Beta is a metric that compares a stock's movements relative to the overall market, or a certain stock index. A high-beta stock tends to be more volatile than average, while a low-beta stock tends to be less volatile. While it's true that high-beta stocks are typically riskier than the average stock, beta isn't necessarily indicative of risk, as many people believe.

What the number means

A stock's beta compares its historical movements to the overall market, or a stock index -- usually the S&P 500. And there are three possible categories a stock can be in, based on its beta.

  • A stock with a beta less than one tends to be less volatile than the overall index. For example, a beta of 0.5 implies that a stock's movements will theoretically be about 50% of the index's movements.
  • A stock with a beta of more than one is more volatile than the overall index. For example, a beta of 2.0 implies that the stock will move twice as much as the market.
  • A stock with a beta of exactly one is theoretically exactly as volatile as the overall market.

Examples

To illustrate what a stock's beta means, let's consider a few examples. Las Vegas Sands and Bank of America are relatively high-beta stocks, with betas of 1.9 and 1.8, respectively, as of this writing. They've had some pretty significant price swings over the past year:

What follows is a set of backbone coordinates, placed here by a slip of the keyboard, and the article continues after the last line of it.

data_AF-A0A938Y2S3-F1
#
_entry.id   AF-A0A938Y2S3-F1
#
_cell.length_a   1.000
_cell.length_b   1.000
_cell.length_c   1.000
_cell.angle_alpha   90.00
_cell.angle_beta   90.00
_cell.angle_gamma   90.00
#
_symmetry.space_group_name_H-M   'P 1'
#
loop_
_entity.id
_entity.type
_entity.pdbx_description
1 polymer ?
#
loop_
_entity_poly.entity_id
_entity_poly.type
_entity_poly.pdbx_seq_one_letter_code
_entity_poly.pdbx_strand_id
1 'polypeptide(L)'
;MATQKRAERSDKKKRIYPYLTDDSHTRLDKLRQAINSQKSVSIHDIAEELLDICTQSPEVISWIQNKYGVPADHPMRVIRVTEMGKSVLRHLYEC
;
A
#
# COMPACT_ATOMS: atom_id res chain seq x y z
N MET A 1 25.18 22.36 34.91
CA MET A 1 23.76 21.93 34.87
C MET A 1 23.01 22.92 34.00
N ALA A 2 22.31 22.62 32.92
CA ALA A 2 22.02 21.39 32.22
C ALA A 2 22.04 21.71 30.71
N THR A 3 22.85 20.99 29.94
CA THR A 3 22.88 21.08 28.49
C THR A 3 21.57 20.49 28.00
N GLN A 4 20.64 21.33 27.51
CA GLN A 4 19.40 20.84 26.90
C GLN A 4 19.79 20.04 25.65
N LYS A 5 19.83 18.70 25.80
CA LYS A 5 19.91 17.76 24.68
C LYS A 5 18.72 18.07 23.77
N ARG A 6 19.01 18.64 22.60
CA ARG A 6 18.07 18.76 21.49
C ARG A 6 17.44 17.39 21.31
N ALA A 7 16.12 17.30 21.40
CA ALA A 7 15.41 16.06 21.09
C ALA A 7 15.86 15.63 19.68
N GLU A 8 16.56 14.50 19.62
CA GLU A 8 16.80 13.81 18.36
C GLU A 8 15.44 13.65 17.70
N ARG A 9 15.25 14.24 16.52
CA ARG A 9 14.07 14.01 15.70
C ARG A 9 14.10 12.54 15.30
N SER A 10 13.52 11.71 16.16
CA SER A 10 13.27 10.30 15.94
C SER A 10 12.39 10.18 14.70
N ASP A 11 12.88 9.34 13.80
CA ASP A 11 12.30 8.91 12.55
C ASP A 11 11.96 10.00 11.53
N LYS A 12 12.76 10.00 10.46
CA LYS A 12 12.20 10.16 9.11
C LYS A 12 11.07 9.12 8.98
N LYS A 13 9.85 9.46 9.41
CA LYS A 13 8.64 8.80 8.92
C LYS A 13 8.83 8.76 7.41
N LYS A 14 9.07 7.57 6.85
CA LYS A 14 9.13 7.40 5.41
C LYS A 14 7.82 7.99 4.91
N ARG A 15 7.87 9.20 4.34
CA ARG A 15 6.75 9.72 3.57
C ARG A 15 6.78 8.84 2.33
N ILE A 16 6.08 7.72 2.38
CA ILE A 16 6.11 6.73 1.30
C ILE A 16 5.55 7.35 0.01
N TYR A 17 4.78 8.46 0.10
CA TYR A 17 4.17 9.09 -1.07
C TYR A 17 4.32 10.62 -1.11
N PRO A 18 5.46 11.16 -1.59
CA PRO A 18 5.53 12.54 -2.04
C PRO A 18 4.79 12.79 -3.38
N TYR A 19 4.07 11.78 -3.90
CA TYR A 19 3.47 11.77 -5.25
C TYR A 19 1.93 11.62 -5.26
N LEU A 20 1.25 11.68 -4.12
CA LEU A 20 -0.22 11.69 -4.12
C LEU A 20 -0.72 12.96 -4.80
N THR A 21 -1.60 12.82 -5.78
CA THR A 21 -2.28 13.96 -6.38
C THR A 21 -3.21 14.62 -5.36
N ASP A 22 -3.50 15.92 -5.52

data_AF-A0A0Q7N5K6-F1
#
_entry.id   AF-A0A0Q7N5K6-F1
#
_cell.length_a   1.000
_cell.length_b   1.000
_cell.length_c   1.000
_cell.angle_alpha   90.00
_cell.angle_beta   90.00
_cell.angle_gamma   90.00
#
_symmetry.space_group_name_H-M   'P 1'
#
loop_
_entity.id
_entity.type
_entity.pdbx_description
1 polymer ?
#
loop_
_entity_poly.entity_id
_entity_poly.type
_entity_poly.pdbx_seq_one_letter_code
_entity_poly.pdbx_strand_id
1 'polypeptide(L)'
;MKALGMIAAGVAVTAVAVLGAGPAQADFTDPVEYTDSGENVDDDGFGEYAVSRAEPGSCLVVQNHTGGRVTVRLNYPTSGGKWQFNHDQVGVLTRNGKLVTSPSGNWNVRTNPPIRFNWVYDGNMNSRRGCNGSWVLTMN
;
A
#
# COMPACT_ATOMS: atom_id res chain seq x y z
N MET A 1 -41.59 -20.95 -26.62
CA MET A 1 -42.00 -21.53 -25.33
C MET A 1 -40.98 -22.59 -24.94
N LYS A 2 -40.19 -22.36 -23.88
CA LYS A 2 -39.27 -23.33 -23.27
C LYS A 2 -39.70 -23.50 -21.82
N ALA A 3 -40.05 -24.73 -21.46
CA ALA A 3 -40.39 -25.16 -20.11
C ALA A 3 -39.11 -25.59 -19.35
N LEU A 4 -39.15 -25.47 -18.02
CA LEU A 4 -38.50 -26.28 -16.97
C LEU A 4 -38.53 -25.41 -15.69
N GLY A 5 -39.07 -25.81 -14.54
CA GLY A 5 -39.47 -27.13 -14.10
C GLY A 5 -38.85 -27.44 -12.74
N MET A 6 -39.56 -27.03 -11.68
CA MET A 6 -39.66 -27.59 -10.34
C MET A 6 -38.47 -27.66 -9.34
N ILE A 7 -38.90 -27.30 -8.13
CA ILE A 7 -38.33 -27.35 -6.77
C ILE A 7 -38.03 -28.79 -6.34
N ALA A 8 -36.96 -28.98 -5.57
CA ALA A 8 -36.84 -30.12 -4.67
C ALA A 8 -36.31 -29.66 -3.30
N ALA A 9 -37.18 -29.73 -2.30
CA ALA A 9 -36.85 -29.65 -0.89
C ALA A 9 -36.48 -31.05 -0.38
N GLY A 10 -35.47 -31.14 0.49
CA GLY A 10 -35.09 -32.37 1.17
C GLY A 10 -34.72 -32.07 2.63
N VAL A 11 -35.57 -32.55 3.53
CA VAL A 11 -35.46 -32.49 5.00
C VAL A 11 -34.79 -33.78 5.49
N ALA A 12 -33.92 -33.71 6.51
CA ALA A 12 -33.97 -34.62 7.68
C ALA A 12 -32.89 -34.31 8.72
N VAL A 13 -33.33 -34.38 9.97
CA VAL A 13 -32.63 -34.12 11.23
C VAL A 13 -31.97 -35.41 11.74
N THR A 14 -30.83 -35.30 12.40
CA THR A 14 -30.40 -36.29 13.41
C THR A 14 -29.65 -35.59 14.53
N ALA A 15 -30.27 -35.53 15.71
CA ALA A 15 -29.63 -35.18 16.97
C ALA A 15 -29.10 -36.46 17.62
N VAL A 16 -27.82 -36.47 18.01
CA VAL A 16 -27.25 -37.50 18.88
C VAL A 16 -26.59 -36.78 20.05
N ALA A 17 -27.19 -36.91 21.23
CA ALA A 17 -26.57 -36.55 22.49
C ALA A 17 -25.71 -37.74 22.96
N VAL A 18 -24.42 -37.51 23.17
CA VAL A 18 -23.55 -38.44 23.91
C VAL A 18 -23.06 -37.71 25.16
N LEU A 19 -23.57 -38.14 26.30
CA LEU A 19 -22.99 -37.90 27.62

LVS Chart

On the other hand, Procter & Gamble and Target both have betas of 0.5 and 0.6, respectively. And you can see an obvious difference between these and our high-beta examples. Just look at the scale of percentage moves on the right side of each chart:

TGT Chart

What beta doesn't mean

Keep in mind that a high beta doesn't necessarily imply that a stock is risky or volatile, and that a low beta doesn't necessarily imply that a stock is safe.

Also keep in mind that beta is based on historical average movements of a stock. It doesn't take into account such variables as earnings reports, news items, or overall sector trends. Therefore, on any given day, the performance of a stock is unlikely to match its beta's theoretical implications exactly.

For example, as this article is written, the S&P 500 is up by 1.17% for the day. National Oilwell Varco, a manufacturer of oil-drilling equipment, has a beta of 1.6, implying that it should be up by about 1.87%. However, thanks to a spike in oil prices, the stock is up by 4.04%, or more than twice the gain implied by its beta. And just because it's been rather volatile lately doesn't automatically make it a risky stock. In fact, we've written to the contrary several times.

The point is that beta is just one piece of the puzzle, and is useful for predicting overall volatility and price movements. So, if you don't have the stomach for large price swings in your portfolio, you're probably better off sticking to low-beta stocks. However, a stock's price depends on many different factors, so be sure to look at the big picture before investing.

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